The Night Is Dark And Full Of Terrors

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The Night Is Dark And Full Of Terrors

That cheery catch phrase from the Red Witch in Game of Thrones came to mind when reading Tim’s post about the hammering GDX took on Tuesday (“The Gold-Plated Falling Knife“). On Wednesday, GDX’s biggest holding, Barrick Gold (ABX) got hammered, falling more than 8%. In this post, we’ll take a look at how a couple of hedges on ABX from early May reacted to ABX’s drop as of Wednesday’s close.

How You Could Have Hedged Your ABX Shares

In an article in early May (“Caution May Be Warranted With These Stocks“), I posted two ways to hedge 1000 shares of Barrick Gold (ABX) against a greater-than-20% drop over the next several months. With Wednesday’s 8.26% drop, ABX has fallen 24.3% since May 2nd. In this post, we’ll look at how those two hedges reacted to the drop in ABX.

1) Optimal Put Hedge

These were the optimal puts*, as of May 2nd’s close, to hedge against a greater-than-20% drop in ABX between then and mid-October.

As you can see at the bottom of the screen capture above, the cost of this put protection, as a percentage of position value, was 6.09%. Note that, to be conservative, the cost here was calculated using the ask price of the optimal puts. In practice, an investor can often buy puts for a lower price, i.e., some price between the bid and ask.

How Those Optimal Puts Reacted To ABX’s Drop

The screen capture below shows how those optimal puts we showed back in May reacted to ABX’s drop as of Wednesday’s close.

As you can see in the screen capture above, those puts jumped more than 35% by Wednesday’s close when ABX had dropped about 8% by the same time. This is an example of the nonlinearity of options, which enables a small dollar amount of put options can protect a much larger position in an underlying security.

How That Hedge Cushioned ABX’s Drop

ABX closed at $19.54 on May 2nd. An investor who owned 1000 shares and bought the optimal puts to hedge it against a >20% drop that day had $19,540 in ABX and an outlay of $1,200 on the puts (again, assuming, conservatively, that he bought the puts at the ask). $19,540 + $1,200 = $20,740.

ABX closed at $14.78 on June 26th, and those puts closed at $2.99. As of Wednesday’s close, our hypothetical investor’s ABX shares were worth $14,780 and his put options were worth $2,990: $14,780 + $2,990 = $17,770. $17,770 represents a drop of 14.3% from $20,740.

So, although ABX dropped more than 24.3% from May 2nd’s close to Wednesday’s close (June 26th), an investor who bought those puts on May 2nd was only down about 14.3% on his combined hedge + underlying stock position over the same time frame.

More Protection Than Promised

Recall that the optimal put hedge was designed to protect against a greater-than-20% decline. Because these puts had plenty of time value in addition to intrinsic value as of June 26th’s close, they offered more protection than that.

2) Optimal Collar Hedge

This was the optimal collar**, as of May 2nd’s close, to hedge 1000 shares of ABX against a greater-than-20% drop between then and October 18th, while capping potential upside at 20% over the same time frame.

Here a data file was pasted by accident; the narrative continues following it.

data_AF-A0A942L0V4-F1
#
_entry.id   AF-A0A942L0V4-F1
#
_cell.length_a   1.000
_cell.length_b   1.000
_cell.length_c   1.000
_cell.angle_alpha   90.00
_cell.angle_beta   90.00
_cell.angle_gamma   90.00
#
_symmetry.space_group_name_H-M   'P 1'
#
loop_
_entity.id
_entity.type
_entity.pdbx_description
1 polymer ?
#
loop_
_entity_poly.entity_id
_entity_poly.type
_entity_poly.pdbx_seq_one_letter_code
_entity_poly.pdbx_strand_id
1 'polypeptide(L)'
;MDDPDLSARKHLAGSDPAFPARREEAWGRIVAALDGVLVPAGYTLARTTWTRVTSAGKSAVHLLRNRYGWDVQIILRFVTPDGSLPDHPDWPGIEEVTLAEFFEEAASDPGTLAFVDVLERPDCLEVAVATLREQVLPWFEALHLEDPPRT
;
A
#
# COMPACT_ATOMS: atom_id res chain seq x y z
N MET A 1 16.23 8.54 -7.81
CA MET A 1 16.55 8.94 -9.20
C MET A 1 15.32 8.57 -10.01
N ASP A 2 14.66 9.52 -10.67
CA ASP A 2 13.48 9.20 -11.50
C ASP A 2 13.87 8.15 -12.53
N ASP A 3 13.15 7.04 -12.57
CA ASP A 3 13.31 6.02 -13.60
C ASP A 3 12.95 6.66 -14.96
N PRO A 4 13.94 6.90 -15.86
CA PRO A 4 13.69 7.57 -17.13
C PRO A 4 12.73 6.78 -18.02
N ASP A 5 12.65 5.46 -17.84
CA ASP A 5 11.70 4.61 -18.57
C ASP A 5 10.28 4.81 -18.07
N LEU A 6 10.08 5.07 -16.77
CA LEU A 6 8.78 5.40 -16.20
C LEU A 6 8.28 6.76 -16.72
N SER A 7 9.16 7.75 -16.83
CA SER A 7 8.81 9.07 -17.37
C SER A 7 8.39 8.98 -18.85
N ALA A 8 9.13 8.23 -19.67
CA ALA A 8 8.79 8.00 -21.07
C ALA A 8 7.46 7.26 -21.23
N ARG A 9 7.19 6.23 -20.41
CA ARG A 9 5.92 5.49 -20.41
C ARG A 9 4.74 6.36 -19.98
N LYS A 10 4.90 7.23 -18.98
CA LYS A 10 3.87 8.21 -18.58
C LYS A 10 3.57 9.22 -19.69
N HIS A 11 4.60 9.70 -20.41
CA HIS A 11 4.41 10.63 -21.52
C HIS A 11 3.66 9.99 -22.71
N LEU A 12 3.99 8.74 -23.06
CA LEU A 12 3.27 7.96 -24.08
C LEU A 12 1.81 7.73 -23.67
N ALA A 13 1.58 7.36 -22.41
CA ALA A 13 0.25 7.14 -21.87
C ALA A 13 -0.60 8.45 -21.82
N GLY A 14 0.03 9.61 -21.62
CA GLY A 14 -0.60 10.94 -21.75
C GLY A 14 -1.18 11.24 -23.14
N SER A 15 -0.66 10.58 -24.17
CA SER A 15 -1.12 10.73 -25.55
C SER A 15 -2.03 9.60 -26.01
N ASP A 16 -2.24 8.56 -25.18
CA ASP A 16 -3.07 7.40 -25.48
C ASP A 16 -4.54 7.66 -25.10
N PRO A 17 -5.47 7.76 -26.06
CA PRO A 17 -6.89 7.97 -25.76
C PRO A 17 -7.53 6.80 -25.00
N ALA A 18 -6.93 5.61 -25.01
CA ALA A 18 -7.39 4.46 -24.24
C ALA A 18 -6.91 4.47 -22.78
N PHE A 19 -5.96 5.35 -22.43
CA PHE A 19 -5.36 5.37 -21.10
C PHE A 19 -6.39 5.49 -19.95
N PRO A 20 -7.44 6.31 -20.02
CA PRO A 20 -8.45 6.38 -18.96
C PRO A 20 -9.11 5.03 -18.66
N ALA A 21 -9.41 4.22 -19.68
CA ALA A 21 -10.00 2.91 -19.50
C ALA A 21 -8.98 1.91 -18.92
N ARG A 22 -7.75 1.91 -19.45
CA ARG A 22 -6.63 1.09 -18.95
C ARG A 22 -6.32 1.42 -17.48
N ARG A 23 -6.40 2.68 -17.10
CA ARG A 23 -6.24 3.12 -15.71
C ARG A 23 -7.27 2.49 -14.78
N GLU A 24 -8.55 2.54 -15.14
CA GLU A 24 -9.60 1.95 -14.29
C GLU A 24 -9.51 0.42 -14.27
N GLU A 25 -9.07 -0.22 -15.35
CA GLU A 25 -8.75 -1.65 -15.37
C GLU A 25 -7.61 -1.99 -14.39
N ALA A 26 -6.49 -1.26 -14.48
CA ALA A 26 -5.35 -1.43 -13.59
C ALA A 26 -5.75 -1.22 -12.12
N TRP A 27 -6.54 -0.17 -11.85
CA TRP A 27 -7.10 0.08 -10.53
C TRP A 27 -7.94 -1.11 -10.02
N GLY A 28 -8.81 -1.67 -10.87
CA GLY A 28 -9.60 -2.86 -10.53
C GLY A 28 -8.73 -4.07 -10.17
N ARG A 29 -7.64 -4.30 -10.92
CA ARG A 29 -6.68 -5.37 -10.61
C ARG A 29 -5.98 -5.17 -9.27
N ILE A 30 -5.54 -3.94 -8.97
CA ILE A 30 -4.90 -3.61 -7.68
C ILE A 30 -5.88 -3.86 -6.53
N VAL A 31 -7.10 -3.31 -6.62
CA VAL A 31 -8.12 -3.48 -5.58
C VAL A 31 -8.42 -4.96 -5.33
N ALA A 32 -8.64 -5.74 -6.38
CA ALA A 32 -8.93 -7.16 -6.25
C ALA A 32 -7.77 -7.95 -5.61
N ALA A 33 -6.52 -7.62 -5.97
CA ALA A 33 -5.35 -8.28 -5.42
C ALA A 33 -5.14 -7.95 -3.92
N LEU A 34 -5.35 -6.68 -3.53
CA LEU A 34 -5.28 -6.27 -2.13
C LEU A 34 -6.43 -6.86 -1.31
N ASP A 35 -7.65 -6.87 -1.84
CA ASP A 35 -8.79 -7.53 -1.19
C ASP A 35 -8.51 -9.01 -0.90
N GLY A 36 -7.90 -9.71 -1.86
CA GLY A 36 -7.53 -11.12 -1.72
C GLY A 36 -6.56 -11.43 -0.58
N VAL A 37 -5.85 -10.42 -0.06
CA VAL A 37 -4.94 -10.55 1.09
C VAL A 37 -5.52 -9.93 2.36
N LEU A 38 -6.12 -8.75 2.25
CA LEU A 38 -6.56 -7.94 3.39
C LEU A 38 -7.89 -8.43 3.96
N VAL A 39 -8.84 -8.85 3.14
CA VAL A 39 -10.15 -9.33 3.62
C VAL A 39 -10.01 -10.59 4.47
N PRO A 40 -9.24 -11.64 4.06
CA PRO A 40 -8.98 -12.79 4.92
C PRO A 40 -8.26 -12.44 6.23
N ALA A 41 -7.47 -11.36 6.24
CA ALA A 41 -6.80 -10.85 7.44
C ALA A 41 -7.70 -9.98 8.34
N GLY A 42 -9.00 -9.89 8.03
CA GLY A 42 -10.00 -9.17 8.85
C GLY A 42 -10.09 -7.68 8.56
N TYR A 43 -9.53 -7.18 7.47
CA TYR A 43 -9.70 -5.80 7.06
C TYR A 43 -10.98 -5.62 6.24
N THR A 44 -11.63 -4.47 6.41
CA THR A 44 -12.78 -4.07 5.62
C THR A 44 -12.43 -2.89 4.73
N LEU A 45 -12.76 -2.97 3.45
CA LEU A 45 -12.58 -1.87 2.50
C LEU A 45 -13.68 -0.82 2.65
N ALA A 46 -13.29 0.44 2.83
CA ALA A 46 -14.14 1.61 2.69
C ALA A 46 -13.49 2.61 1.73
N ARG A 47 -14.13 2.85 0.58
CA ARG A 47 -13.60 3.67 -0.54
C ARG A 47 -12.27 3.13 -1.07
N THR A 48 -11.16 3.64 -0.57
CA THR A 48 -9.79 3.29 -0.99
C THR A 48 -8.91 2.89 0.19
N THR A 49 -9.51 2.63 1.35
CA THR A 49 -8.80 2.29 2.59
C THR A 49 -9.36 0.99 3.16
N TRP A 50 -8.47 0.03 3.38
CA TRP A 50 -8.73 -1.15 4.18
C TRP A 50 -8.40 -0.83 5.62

As you can see at the bottom of the screen capture above, the net cost of this optimal collar was 0.05%.

How That Optimal Collar Reacted To ABX’s Drop

The screen capture below shows how the put leg of that collar reacted to ABX’s drop as of Wednesday’s close.

And here is how the call leg of that collar reacted:

How That Hedge Cushioned ABX’s Drop

Recall ABX closed at $19.54 on May 2nd. An investor who owned 1000 shares and bought the optimal collar to hedge it against a >20% drop that day had $19,540 in ABX and a net outlay of $10 on the collar (again, assuming, conservatively, that he bought the puts at the ask and sold the calls at the bid). $19,540 + $10 = $19,550.

ABX closed at $14.78 on Wednesday, the puts in that optimal collar closed at $2.58, and the calls in that optimal collar closed at $0.18. As of Wednesday’s close, our investor’s ABX shares were worth $14,780 and his put options were worth $2,580, and if he wanted to close out the short call leg of his collar, it would cost him $180. So: (14,780 + $2,580) – $180 = $17,180. $17,180 represents a 12.1% drop from $19,550.

So, although ABX dropped more than 24.3% from May 2nd’s close to Wednesday’s close (June 26th), an investor who bought those puts on May 2nd was only down about 12.1% on his combined hedge + underlying stock position over the same time frame.

More Protection Than Promised

Recall that the optimal collar hedge was designed to protect against a greater-than-20% decline. As of June 26th, they limited a hedged investor to a 12.1% drop when the underlying had dropped by more than 24%.

*Optimal puts are the ones that will give you the level of protection you want at the lowest possible cost. Portfolio Armor uses an algorithm developed by a finance PhD to sort through and analyze all of the available puts for your stocks and ETFs, scanning for the optimal ones.

**Optimal collars are the ones that will give you the level of protection you want at the lowest net cost, while not limiting your potential upside by more than you specify. The algorithm to scan for optimal collars was developed in conjunction with a post-doctoral fellow in the financial engineering department at Princeton University. The screen captures above come from the Portfolio Armor iOS app.

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